Nearly 1,700 Suspected Child Sex Predators Arrested During Operation “Broken Heart”, Lost-in-the-mall: False memory or false defense?, Sybil and Multiple Personality Disorder: Original Sybil book was an accurate description of Shirley’s life
June 14, 2019 Comments Off on Nearly 1,700 Suspected Child Sex Predators Arrested During Operation “Broken Heart”, Lost-in-the-mall: False memory or false defense?, Sybil and Multiple Personality Disorder: Original Sybil book was an accurate description of Shirley’s life
Nearly 1,700 Suspected Child Sex Predators Arrested During Operation “Broken Heart”
The Department of Justice today announced the arrest of almost 1,700 suspected online child sex offenders during a two-month, nationwide operation conducted by Internet Crimes Against Children task forces. The task forces identified 308 offenders who either produced child pornography or committed child sexual abuse, and 357 children who suffered recent, ongoing or historical sexual abuse or were exploited in the production of child pornography.The 61 ICAC task forces, located in all 50 states and comprised of more than 4,500 federal, state, local and tribal law enforcement agencies, led the coordinated operation known as “Broken Heart” during the months of April and May 2019. During the course of the operation, the task forces investigated more than 18,500 complaints of technology-facilitated crimes targeting children and delivered more than 2,150 presentations on internet safety to over 201,000 youth and adults. https://www.justice.gov/opa/pr/nearly-1700-suspected-child-sex-predators-arrested-during-operation-broken-heart
Lost-in-the-mall: False memory or false defense?
Ruth A. Blizard & Morgan Shaw
Published online: 26 Apr 2019
False Memory Syndrome (FMS) and Parental Alienation Syndrome (PAS) were developed as defenses for parents accused of child abuse as part of a larger movement to undermine prosecution of child abuse. The lost-in-the-mall study by Dr. Elizabeth Loftus concludes that an entire false memory can be implanted by suggestion. It has since been used to discredit abuse survivors’ testimony by inferring that false memories for childhood abuse can be implanted by psychotherapists. Examination of the research methods and findings of the study shows that no full false memories were actually formed. Similarly, PAS, coined by Richard Gardner, is frequently used in custody cases to discredit children’s testimony by alleging that the protective parent coached them to have false memories of abuse. There is no scientific research demonstrating the existence of PAS, and, in fact, studies on the suggestibility of children show that they cannot easily be persuaded to provide detailed disclosures of abuse.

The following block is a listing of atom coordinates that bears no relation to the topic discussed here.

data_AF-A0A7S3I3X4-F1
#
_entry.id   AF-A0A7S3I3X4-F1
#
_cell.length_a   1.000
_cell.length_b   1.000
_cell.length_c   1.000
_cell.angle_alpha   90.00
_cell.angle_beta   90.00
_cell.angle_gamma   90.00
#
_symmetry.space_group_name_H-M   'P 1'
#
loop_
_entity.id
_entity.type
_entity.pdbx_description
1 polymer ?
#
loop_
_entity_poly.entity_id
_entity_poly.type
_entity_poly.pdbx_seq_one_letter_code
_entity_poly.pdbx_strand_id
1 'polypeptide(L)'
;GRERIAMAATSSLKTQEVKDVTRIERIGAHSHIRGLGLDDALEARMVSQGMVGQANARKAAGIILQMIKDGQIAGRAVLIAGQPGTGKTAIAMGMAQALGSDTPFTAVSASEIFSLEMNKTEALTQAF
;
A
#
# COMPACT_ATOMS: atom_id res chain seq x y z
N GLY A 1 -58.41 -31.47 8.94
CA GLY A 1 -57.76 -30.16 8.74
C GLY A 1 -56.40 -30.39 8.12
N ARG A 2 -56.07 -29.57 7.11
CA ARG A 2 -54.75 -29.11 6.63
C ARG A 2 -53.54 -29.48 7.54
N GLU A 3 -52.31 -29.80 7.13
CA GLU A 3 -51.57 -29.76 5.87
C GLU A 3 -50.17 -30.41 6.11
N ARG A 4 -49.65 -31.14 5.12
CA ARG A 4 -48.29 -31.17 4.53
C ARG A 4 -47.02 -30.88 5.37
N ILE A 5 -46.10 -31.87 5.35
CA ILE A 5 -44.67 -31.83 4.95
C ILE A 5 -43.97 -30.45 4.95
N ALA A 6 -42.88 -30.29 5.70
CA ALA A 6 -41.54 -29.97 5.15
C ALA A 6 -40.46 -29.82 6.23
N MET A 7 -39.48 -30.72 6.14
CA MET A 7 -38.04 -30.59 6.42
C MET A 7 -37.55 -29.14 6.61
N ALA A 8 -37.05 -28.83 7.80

Deconstructing the lost in the mall study
Lynn S. Crook and Linda E. McEwen
Journal of Child Custody
In their frequently-cited “lost in the mall” study from two decades ago, Loftus and Pickrell claimed their findings “reveal that people can be led to believe that entire events happened to them after suggestions to that effect.” The study continues to be cited by the media and by academics to support claims that adults who recover memories of childhood sexual abuse have been led to believe such claims by therapists. The study parallels claims that parents coach children to falsely accuse and thus alienate the other parent in child custody cases. We describe how laws passed by state legislatures led to the need for a new defense for abuse accusations and how a foundation was established to promote that defense. We report that Loftus, who designed the study to support the new defense, testified over 20 years later that the study results apply only to the 24 subjects and cannot be applied to other populations.
Sybil and Multiple Personality Disorder